Thirdly, Aung San Suu Kyi must support reforms so that the historic discrimination and persecution of the Rohingya in Myanmar is ended. These attacks were mostly in the form of surprise ambushes and guerrilla warfare, reflective of low tech warfare practiced by militants and villagers.
In some villages, escape routes run through treacherous river currents but still people continued to flee, fearing a worse fate if they stayed behind in Myanmar. In fact, that year she graced a large community event that featured a rare display of photographs of Rohingya people confined to their quasi-death camps in Rakhine state. Now celebrating its 50th anniversary, ASEAN needs to decide how to mediate and resolve issues with regional implications as its principle of non-intervention effectively blocks any constructive discussion on the Rohingyas ongoing statelessness and impact of this on the region. However, pro-Rohingya rights advocates argue that some of the Rohingya families have been in Myanmar for centuries.
Many view them as illegal immigrants from Bangladesh, despite their long-established roots in the country.
Grandi said he hoped to discuss the issue of Rohingya statelessness with Myanmar authorities at a meeting in Geneva next week. Amongst the Myanmarese, there are Buddhist nationalist groups led by conservative right-wing nationalistic monks who are keen to eject Muslim Rohingya from their lands.
Buddhists are the majority in Rakhine state but there are also Hindu and Muslim communities as well as the Rohingya.
Guterres previously called the Rohingya crisis "ethnic cleansing".
"Because every day is burning villages, every day is killing people, killing children, raping women", he says.
The claims could not be independently verified. Others have fled into the jungles and the hills. Satellite photographs show the hundreds of burned villages they have fled in a country that has refused to give them citizenship for decades. Some refugees have stepped on government land mines and suffered decapitated limbs.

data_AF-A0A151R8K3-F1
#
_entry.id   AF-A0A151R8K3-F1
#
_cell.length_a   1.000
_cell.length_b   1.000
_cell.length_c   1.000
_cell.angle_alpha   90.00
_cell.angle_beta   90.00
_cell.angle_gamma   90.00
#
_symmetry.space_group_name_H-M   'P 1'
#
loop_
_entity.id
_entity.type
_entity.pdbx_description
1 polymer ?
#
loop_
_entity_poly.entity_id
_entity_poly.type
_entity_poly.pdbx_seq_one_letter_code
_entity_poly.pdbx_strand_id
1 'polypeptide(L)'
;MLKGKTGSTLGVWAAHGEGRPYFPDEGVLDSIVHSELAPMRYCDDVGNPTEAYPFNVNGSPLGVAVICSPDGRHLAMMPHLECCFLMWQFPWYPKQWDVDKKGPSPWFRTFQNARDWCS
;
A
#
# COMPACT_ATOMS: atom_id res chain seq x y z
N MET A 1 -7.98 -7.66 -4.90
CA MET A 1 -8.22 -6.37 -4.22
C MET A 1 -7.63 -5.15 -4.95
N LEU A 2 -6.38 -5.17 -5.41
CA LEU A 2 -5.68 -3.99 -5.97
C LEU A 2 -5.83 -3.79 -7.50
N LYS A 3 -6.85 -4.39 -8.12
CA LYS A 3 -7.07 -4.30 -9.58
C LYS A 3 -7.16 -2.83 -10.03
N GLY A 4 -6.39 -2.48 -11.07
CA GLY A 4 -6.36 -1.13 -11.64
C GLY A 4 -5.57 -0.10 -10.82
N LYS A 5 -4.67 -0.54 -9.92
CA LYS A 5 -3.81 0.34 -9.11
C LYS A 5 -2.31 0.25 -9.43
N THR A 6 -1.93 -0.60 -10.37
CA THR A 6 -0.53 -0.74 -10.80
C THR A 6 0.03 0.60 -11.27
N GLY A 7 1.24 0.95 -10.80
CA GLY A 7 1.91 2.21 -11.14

Myanmar rejects the accusations and has denounced rights abuses. "Their tales of persecution have saddened me and I assured them that the church will be with them in every possible way", Cardinal D'Rozario, president of the Catholic Bishops' Conference of Bangladesh told ucanews.com after the visit.
Meanwhile, in terms of humanitarian challenges, the Rohingya camps in Bangladesh have run into weather challenges caused by this year's strong monsoon season.
Meanwhile, worldwide aid groups in Myanmar have urged the government to allow free access to Rakhine, where an army offensive has sent more than 500,000 people fleeing to Bangladesh, but hundreds of thousands remain cut off from food, shelter and medical care.
Disappointing as this is, we must not forget that the primary force persecuting the Rohingya is the military and not the civilian government of Myanmar.
The aid agency's Emergency Health Unit team, which deploys to the frontline of major emergencies around the world, has been carrying out a rapid health assessment with newly arrived Rohingya while working in close collaboration with local authorities, the Ministry of Health and relief agencies. And there is a historical precedent: the 1989 Comprehensive Plan of Action on Indo-Chinese refugees saw cooperation between recipient countries in the region and the global community on how to resettle Vietnamese refugees (although Cold War considerations did play a part in that specific crisis).
Ms Suu Kyi, who was awarded the Nobel Peace Prize 1991, has outraged and bewildered many of her supporters around the world, who have urged her to denounce the violence that has taken place.
A "lasting solution" to the Rohingya crisis is a must, but it should not distract from the "prime call of duty" to respond to the humanitarian needs of refugees, he said. She has denounced any rights violations but worldwide pressure on her is mounting and there are calls for her Nobel prize to be withdrawn. Even the Dalai Lama came out to remind Myanmarese Buddhists of the teaching of Buddha in a bid to mitigate the conflict at hand.
Burma leader Aung San Suu Kyi addresses the General Assembly at the United Nations in NY on September 21, 2016.